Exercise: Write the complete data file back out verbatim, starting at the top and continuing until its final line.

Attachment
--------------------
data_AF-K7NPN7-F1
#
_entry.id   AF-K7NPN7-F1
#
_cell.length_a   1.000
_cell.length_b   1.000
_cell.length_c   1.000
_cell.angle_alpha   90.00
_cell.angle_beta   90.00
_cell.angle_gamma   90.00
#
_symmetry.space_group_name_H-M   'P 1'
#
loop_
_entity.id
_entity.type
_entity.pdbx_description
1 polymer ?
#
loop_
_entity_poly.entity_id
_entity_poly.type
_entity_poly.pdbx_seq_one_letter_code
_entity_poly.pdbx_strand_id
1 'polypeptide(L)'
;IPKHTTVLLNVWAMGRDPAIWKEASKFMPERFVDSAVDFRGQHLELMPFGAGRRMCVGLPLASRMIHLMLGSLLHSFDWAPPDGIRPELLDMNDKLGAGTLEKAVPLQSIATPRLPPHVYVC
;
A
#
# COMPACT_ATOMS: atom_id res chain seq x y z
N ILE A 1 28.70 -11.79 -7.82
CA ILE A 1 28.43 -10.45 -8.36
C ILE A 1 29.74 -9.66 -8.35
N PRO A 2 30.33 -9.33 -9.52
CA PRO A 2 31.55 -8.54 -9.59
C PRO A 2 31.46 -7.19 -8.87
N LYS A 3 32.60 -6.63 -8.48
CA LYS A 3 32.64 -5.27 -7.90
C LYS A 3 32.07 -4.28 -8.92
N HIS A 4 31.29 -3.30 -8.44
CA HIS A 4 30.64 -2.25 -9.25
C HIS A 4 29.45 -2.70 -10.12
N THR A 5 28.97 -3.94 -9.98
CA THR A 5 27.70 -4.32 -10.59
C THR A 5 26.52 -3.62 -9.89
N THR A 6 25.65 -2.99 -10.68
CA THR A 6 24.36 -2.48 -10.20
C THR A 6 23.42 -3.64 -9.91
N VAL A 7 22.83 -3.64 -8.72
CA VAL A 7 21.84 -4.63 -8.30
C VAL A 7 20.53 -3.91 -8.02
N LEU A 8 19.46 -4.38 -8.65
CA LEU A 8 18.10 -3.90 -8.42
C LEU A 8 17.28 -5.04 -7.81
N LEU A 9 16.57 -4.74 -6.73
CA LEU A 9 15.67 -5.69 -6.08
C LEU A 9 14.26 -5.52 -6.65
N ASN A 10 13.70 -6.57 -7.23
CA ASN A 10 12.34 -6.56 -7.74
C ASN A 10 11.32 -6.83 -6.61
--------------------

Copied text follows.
data_AF-K7NPN7-F1
#
_entry.id   AF-K7NPN7-F1
#
_cell.length_a   1.000
_cell.length_b   1.000
_cell.length_c   1.000
_cell.angle_alpha   90.00
_cell.angle_beta   90.00
_cell.angle_gamma   90.00
#
_symmetry.space_group_name_H-M   'P 1'
#
loop_
_entity.id
_entity.type
_entity.pdbx_description
1 polymer ?
#
loop_
_entity_poly.entity_id
_entity_poly.type
_entity_poly.pdbx_seq_one_letter_code
_entity_poly.pdbx_strand_id
1 'polypeptide(L)'
;IPKHTTVLLNVWAMGRDPAIWKEASKFMPERFVDSAVDFRGQHLELMPFGAGRRMCVGLPLASRMIHLMLGSLLHSFDWAPPDGIRPELLDMNDKLGAGTLEKAVPLQSIATPRLPPHVYVC
;
A
#
# COMPACT_ATOMS: atom_id res chain seq x y z
N ILE A 1 28.70 -11.79 -7.82
CA ILE A 1 28.43 -10.45 -8.36
C ILE A 1 29.74 -9.66 -8.35
N PRO A 2 30.33 -9.33 -9.52
CA PRO A 2 31.55 -8.54 -9.59
C PRO A 2 31.46 -7.19 -8.87
N LYS A 3 32.60 -6.63 -8.48
CA LYS A 3 32.64 -5.27 -7.90
C LYS A 3 32.07 -4.28 -8.92
N HIS A 4 31.29 -3.30 -8.44
CA HIS A 4 30.64 -2.25 -9.25
C HIS A 4 29.45 -2.70 -10.12
N THR A 5 28.97 -3.94 -9.98
CA THR A 5 27.70 -4.32 -10.59
C THR A 5 26.52 -3.62 -9.89
N THR A 6 25.65 -2.99 -10.68
CA THR A 6 24.36 -2.48 -10.20
C THR A 6 23.42 -3.64 -9.91
N VAL A 7 22.83 -3.64 -8.72
CA VAL A 7 21.84 -4.63 -8.30
C VAL A 7 20.53 -3.91 -8.02
N LEU A 8 19.46 -4.38 -8.65
CA LEU A 8 18.10 -3.90 -8.42
C LEU A 8 17.28 -5.04 -7.81
N LEU A 9 16.57 -4.74 -6.73
CA LEU A 9 15.67 -5.69 -6.08
C LEU A 9 14.26 -5.52 -6.65
N ASN A 10 13.70 -6.57 -7.23
CA ASN A 10 12.34 -6.56 -7.74
C ASN A 10 11.32 -6.83 -6.61